The term of protection is five years. There are no explicit provisions regarding the
renewal of the term in case the compilation is continuously or occasionally updated, enlarged
or revised.






3

The remainder of this subsection is based on material extracted from [6].

SCCR/7/3

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7



III.

THE MAIN ARGUMENTS O
N
SUI GENERIS

DATABASE PROTECTION
4


(a)

The Main Arguments in Favor of
Sui Generis

Database Protection


There are three major argument that are presented by supporters of s
ui generis

protection of databases in [2], i
n addition to those further arguments are opposed for
developing and underdeveloped countries. They can be summarized as follows:


1.

The large investment in compiling and maintaining databases needs additional
protection. Especially in the dig
ital, on
-
line world which makes copying databases easy.


2.

Existing copyright law provides no protection for large comprehensive on
-
line
databases which are used by means of a search engine. The compiler has exercised no
selection because the d
atabases are comprehensive. Furthermore, arrangement only occurs
when the user conducts a search. Hence, in the absence of selection and arrangement, no
copyright protection is available.


3.

The EU Database Directive will provide European comp
anies an advantage in the
database market. Because the Directive extends
sui generis
protection to non
-
EU entities on a
reciprocity rather than national treatment basis, the Directive will deny non
-
European
companies the new legal protection afforded data
bases unless their home countries offer
comparable protection.


4.

In developing counties, protection can constitute motivation for compilation of
databases that can have positive effects on development (in the form of information becoming
availa
ble due the collections and compilation). In other cases, it is argued that protection
might help retain foreign investment.



(b)

The Main Arguments Against
Sui Generis

Database Protection


A number of argument have been made in [2,3] to oppose
sui gener
is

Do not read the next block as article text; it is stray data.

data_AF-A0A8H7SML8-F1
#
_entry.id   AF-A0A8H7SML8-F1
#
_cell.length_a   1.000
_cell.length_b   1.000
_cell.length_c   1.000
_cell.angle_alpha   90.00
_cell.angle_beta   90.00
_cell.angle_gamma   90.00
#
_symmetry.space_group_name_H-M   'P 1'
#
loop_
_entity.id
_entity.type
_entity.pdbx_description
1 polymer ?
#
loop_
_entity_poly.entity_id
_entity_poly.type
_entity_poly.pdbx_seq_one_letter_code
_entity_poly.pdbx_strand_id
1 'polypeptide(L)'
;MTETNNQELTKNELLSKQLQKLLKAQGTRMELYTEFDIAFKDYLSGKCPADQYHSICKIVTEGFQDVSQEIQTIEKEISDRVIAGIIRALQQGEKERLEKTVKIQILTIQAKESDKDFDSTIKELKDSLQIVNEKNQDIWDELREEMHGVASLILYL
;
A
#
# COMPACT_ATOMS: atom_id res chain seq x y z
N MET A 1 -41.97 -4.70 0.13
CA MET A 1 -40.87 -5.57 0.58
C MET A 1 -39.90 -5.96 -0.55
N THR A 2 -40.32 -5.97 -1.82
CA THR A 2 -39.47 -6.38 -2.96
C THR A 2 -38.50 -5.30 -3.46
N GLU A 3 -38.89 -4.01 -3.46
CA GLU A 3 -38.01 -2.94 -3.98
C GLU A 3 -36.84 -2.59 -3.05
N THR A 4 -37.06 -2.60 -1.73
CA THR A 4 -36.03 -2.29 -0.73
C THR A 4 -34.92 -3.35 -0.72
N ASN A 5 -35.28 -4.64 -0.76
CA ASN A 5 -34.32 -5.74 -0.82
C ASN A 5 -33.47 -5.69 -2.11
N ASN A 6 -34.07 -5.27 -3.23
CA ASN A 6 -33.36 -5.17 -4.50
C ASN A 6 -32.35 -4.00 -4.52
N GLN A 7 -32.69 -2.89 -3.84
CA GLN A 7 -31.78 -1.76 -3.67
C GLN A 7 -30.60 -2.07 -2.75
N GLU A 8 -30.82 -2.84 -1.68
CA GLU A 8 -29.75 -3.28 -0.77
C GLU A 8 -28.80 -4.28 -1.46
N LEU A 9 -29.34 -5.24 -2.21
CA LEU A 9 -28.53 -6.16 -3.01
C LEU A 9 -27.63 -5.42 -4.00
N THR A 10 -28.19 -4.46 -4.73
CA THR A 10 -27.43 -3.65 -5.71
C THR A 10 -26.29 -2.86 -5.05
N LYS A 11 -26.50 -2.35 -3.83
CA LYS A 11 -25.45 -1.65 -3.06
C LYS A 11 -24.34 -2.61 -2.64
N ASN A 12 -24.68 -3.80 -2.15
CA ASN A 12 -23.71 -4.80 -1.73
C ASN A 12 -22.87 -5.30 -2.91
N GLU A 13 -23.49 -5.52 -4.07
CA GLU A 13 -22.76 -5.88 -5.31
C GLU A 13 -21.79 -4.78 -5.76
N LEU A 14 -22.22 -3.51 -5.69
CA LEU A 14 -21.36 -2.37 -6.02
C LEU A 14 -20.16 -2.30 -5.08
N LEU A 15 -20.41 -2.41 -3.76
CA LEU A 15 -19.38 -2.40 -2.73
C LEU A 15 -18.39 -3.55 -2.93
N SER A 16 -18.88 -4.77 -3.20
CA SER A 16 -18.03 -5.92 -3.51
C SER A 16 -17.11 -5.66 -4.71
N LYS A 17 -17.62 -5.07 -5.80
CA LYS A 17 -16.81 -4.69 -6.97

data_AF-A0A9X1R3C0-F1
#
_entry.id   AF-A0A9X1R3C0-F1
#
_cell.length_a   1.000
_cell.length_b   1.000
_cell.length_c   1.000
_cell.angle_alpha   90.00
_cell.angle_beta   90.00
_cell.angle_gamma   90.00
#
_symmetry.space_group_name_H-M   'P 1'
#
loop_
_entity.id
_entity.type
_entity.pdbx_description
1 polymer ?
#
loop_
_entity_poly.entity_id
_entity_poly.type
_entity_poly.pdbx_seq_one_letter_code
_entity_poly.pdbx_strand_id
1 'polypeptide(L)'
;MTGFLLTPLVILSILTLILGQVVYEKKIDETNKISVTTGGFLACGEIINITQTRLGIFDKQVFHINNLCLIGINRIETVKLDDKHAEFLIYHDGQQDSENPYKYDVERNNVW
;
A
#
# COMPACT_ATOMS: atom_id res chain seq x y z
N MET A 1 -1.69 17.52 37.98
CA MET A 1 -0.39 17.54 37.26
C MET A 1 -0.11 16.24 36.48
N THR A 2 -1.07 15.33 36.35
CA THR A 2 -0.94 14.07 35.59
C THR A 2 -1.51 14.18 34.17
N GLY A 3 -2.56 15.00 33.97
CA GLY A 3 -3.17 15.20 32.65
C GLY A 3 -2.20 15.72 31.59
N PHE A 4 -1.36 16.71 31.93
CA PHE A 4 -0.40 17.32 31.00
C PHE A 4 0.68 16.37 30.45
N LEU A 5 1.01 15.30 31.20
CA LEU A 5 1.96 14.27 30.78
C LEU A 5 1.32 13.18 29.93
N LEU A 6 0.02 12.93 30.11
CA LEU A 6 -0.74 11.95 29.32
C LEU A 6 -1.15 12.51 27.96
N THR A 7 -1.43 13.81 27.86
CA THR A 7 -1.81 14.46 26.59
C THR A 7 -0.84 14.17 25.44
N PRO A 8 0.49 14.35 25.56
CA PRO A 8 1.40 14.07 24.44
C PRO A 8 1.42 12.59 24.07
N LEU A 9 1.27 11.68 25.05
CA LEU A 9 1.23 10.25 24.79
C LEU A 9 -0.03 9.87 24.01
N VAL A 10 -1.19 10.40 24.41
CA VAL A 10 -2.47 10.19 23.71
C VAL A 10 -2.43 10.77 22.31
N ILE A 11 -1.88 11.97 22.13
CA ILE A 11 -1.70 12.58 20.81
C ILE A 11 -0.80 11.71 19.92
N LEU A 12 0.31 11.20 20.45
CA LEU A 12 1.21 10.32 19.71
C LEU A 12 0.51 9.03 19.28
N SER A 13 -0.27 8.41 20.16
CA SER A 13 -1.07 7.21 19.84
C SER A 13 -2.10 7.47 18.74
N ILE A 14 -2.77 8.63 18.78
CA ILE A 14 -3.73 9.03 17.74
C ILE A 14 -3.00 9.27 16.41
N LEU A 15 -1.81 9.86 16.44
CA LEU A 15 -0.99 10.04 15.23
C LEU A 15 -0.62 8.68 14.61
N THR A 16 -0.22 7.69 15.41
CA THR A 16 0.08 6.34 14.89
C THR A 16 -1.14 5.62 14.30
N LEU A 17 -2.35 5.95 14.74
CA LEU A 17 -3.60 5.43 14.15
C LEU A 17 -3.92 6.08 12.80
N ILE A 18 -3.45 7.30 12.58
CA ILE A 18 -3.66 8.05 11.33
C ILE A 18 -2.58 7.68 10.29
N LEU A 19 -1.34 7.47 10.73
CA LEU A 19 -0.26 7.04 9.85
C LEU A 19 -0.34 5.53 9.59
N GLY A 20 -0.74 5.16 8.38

database
protection.


1.

Adequate protection exists within the present intellectual property law framework. For
instance, only a small amount of selection or arrangement is necessary to bring a database
within the protection of the copyright laws. It
is argued that this is sufficient to protect
against wholesale copying.


2.

Contract, trade secret and unfair competition laws provide an additional layer of
protection for databases irrespective of whether the compilation is copyrightable.


3.

Even withou
t legal protection, the database compiler can still protect its investment
through technological means that prevent copying of the database. These technological
means are discussed in more detail in section 4 and the appendices.


4.

To date no evidence or

concrete examples have been presented where a database
publisher decided not to develop a product out of fear that the product would receive



4

This section draws on material presented in [2]

and [3].

SCCR/7/3

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8



insufficient intellectual property protection. It is argued that no evidence has been produced
because none exist
s [2].


5.

The broad scope of protection (provided by the USA proposal) is one of the more
problematic points. The USA proposal defines a database to include a collection of work,
data or other materials this all
-
inclusive definition would go beyond what
is commonly
thought of as a database.


6.

The term of protection is also problematic. The EU directive offers 15 years of
protection, while the USA proposal offers a 25 year term. However, both models would
allow many databases to receive perpetual prote
ction because any significant change or
updating of the database would result in the creation of a new database with a new term of
protection. This perpetual protection, when combined with the possibility of the protection
applying to works now covered by

copyright, may have permitted database publishers to
circumvent the term limits in the Copyright law, leading to a drastic diminution of the public
domain.


7.

Objections by Scientists and Researchers. Most forms of research require the use of
large amou
nts of data. Some forms of research require the use of entire databases. If
databases which are now freely available fall under
sui generis
protection, the cost of research
will inevitably increase. Moreover,
sui generis
protection will motivate institu
tions to treat
their own databases as profit centers and hence will have adverse effects on scientific data
sharing.
Sui generis
protection will raise the cost of research and in all likelihood will make it